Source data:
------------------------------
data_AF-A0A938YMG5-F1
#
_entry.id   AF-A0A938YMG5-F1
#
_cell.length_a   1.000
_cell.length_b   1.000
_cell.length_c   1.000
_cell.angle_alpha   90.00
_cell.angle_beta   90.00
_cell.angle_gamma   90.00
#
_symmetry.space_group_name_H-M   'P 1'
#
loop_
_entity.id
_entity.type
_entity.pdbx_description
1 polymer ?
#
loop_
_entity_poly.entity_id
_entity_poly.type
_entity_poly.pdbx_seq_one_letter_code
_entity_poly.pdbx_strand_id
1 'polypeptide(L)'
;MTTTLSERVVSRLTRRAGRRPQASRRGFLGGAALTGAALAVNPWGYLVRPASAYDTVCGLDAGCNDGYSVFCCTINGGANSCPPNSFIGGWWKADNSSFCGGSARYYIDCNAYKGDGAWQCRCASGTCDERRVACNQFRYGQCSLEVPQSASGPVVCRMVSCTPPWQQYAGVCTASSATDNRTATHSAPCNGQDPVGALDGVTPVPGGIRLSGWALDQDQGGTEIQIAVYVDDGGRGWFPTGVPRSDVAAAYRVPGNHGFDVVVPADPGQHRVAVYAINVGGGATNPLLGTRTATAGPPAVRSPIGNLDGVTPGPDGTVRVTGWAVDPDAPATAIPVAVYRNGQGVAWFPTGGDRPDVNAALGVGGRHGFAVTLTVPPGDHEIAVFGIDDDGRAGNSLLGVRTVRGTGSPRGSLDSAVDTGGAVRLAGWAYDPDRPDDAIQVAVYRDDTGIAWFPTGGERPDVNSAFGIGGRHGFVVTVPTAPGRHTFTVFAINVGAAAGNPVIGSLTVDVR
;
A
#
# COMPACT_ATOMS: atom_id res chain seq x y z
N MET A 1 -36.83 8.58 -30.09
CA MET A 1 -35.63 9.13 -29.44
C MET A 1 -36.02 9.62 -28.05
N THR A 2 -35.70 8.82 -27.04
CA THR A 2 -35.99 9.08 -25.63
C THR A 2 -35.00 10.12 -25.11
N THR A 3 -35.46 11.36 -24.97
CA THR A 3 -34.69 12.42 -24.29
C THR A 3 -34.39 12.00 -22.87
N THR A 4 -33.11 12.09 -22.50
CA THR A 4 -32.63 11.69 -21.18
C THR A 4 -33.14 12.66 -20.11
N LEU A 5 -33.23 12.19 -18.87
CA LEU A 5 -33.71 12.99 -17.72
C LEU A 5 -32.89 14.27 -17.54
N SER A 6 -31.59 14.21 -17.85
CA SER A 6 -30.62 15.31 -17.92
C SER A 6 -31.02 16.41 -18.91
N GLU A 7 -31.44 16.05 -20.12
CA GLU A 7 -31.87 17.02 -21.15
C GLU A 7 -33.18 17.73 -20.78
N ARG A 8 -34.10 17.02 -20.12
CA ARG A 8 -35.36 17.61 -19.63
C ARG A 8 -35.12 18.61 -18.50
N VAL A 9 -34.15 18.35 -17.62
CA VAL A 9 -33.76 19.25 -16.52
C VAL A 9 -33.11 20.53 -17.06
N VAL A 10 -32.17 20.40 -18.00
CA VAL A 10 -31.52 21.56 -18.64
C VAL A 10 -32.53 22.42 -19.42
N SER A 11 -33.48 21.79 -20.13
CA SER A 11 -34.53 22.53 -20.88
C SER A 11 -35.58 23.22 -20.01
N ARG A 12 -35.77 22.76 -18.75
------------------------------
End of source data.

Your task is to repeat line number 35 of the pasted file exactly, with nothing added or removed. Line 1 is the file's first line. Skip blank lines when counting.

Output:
CA THR A 2 -35.99 9.08 -25.63